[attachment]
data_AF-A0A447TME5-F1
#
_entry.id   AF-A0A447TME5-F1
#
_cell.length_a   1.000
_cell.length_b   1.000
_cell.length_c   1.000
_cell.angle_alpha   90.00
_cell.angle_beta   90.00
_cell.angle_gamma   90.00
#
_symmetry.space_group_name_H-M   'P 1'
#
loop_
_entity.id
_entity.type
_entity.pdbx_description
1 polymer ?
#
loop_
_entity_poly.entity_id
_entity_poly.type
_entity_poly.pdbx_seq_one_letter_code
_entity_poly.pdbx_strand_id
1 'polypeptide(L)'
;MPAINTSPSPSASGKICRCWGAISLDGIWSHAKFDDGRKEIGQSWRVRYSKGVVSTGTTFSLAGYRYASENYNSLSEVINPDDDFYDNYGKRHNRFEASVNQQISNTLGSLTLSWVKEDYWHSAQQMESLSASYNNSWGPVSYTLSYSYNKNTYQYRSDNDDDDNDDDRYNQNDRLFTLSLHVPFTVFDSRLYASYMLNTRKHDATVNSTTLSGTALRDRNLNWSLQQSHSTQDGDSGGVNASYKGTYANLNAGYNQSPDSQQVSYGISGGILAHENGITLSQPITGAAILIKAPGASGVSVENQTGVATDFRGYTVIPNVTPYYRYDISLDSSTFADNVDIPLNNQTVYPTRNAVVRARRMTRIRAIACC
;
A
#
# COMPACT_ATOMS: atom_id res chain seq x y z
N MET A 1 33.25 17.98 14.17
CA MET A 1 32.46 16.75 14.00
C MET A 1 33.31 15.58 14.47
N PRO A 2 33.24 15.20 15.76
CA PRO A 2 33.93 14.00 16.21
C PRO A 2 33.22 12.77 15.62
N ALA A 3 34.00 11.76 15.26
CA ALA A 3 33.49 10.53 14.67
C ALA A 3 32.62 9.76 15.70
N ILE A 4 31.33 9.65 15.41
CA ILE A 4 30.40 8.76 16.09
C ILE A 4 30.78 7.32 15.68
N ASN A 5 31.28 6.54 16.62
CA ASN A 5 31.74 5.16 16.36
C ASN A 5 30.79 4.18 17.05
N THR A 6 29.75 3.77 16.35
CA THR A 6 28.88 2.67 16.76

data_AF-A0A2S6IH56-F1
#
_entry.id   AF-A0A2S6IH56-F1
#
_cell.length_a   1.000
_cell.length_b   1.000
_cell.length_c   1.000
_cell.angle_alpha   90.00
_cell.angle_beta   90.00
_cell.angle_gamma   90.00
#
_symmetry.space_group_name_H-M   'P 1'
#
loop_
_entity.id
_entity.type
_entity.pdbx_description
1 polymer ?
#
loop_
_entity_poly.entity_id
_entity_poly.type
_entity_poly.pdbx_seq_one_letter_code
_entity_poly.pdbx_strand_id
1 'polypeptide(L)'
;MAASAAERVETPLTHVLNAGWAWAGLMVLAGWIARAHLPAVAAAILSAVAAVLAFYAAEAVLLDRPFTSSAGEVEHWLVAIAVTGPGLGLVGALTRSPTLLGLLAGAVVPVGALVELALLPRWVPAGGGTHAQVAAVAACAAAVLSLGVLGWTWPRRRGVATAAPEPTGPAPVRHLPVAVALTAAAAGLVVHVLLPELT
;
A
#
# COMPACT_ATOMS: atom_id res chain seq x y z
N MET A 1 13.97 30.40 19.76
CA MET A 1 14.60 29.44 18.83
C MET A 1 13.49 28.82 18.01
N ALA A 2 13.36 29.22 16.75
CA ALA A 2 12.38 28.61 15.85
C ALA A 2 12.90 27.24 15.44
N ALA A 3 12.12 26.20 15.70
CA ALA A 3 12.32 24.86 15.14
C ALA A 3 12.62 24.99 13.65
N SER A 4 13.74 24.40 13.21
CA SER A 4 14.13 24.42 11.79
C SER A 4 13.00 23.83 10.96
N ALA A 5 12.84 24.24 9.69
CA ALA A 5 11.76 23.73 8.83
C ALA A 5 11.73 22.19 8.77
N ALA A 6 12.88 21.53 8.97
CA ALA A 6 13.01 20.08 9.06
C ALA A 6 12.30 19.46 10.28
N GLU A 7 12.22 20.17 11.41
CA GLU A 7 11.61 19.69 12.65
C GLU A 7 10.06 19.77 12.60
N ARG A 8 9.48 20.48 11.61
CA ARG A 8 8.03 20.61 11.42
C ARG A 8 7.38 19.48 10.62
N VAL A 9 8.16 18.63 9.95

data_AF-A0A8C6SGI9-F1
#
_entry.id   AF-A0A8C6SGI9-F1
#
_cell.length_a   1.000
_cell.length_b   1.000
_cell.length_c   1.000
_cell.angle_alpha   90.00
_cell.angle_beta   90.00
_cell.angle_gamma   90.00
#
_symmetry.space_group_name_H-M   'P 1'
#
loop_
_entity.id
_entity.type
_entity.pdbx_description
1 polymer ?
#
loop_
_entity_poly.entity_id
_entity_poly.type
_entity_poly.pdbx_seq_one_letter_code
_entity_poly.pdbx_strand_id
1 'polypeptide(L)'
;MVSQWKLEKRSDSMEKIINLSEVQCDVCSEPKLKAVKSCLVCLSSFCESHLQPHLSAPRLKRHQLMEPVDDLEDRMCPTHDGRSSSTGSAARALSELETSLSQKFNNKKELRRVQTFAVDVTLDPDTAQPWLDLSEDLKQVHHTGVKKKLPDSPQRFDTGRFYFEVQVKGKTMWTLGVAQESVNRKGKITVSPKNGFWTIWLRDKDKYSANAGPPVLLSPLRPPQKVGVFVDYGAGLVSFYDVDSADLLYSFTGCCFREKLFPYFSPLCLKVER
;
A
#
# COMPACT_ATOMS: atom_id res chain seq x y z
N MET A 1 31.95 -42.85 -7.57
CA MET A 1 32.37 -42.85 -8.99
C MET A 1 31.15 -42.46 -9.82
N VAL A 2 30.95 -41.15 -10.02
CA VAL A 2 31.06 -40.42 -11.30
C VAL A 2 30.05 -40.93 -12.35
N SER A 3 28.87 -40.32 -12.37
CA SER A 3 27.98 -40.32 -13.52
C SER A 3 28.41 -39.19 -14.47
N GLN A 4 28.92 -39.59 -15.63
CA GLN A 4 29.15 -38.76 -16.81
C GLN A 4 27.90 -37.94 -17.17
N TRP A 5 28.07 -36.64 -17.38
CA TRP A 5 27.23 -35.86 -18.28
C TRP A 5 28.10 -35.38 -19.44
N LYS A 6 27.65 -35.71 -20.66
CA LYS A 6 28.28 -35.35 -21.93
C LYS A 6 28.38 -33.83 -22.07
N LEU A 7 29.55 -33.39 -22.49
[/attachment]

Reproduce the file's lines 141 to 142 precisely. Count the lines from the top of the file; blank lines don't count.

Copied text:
C SER A 3 28.41 -39.19 -14.47
N GLN A 4 28.92 -39.59 -15.63